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Employers are Permitted to Require COVID-19 Vaccinations

December 22, 2020

Employers can require employees to receive the COVID-19 vaccine, with certain exceptions.   On December 16, 2020, the EEOC issued guidance and updated the Technical Assistance Questions and Answers  to address mandatory COVID-19 vaccines for employees.

Concisely, the EEOC wrote that employers can compel employees to receive the COVID-19 vaccine.  The EEOC continued that the administration of the vaccine is not considered a medical examination, though the pre-screening questions may be.  Further, not only can employers require COVID-19 vaccinations, but employers can also require that employees submit proof of inoculation. Alternatively, employees may opt out for reasons of a disability or sincerely held religious belief, practice or observance.  If an employee opts out, the employer should offer the employee a reasonable accommodation that allows the employee to work in person.  If a reasonable accommodation cannot be utilized the employer may exclude the employee from the workplace.  An employer CANNOT automatically terminate an employee who opts out and cannot be accommodated.  Employers should determine if the employee can perform their essential job functions remotely before taking any adverse job action.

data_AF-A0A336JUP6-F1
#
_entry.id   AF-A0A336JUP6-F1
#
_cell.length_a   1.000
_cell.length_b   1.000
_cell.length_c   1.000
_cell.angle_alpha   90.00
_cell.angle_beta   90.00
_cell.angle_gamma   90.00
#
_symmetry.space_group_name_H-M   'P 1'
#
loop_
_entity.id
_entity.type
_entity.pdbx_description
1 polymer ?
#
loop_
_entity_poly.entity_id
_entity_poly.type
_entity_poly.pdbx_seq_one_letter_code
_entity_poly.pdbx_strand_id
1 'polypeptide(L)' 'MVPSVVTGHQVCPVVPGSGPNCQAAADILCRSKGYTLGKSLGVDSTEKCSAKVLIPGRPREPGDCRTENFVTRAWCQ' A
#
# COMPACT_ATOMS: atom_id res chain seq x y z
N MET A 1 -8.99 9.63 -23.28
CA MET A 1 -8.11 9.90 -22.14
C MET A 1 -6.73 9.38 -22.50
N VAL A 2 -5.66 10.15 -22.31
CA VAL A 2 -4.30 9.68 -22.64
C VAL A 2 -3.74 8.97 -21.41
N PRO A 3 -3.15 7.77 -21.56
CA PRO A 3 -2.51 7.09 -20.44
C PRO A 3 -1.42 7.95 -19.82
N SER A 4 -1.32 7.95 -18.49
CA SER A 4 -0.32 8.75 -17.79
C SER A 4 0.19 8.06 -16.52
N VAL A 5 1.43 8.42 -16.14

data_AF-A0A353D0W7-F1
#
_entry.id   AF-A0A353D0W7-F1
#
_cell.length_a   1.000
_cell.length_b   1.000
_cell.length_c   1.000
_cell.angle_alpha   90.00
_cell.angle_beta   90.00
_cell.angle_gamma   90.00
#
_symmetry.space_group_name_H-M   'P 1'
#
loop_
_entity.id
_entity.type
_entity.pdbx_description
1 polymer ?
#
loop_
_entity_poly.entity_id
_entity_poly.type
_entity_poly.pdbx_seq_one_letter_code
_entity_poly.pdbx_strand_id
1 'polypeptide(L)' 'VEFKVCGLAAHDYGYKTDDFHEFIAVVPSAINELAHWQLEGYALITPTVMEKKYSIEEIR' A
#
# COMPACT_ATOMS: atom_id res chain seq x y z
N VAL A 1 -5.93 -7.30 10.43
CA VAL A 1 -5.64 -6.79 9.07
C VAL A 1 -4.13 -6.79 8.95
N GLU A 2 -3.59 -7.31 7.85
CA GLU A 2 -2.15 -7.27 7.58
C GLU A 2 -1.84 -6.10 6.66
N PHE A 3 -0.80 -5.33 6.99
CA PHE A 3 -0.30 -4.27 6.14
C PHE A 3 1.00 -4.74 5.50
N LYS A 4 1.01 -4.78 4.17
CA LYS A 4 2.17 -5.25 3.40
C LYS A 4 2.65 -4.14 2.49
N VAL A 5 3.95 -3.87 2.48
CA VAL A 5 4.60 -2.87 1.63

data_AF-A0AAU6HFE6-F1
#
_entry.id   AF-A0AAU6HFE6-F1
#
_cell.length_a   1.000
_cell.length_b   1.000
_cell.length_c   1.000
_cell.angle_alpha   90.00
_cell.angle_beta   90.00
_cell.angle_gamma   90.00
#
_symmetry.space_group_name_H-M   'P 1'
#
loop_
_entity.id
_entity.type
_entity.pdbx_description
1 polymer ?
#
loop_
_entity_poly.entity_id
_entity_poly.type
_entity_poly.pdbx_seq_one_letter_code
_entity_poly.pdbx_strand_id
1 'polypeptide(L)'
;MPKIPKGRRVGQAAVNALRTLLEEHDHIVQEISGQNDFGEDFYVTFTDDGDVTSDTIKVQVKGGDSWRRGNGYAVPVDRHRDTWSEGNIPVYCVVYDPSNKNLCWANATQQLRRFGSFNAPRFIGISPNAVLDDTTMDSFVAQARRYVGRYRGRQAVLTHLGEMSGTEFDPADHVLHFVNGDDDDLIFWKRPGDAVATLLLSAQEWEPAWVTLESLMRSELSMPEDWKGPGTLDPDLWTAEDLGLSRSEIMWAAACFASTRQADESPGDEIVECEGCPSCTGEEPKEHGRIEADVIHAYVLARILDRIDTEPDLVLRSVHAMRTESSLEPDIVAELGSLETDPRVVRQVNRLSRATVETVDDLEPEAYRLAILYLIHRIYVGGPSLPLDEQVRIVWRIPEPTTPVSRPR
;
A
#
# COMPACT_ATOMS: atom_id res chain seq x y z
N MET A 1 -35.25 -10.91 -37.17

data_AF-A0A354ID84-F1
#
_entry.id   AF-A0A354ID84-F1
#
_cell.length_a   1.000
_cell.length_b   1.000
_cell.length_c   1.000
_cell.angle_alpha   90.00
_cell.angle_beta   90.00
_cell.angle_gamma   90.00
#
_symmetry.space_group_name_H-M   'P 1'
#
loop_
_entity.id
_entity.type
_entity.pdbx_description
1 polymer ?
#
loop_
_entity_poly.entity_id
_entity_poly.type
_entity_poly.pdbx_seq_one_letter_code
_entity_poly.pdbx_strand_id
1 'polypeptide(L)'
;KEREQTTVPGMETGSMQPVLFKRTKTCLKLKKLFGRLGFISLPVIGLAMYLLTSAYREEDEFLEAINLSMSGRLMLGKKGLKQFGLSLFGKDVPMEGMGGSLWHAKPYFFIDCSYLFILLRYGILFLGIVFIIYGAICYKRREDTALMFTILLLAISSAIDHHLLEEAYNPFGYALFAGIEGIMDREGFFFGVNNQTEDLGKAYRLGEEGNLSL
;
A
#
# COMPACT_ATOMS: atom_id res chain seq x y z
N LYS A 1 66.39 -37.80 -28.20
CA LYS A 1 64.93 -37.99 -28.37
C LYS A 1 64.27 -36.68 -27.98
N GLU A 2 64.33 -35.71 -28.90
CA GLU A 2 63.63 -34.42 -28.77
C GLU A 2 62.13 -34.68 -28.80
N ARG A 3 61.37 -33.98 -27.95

Employers should discuss mandatory vaccines and personnel policies related to COVID-19 with experienced legal professionals to ensure compliance with all federal and state laws, regulations and Executive Orders.  CLDDS attorneys stand ready to provide guidance on COVID-19 issues and other challenges facing employers during these unprecedented times.  For more information regarding labor and employment matters, compulsory vaccination policies, and how to implement nondiscriminatory practices please contact William R. Burns, Esq at Carluccio, Leone, Dimon, Doyle and Sacks, LLC.

The information provided above is not, and is not intended to, constitute legal advice; instead, all information, content, and materials available are for general informational purposes only. The above information constitutes general information and may not reflect current legal developments, caselaw, or settlements. The Information does not, and is not intended to, constitute legal advice or other professional advice, or as a source of advertising or solicitation. You may not rely on the Information as such. Accessing or using the above information does not create an attorney-client relationship between you and the Carluccio, Leone, Dimon, Doyle and Sacks, L.L.C, and it is not intended to do so.

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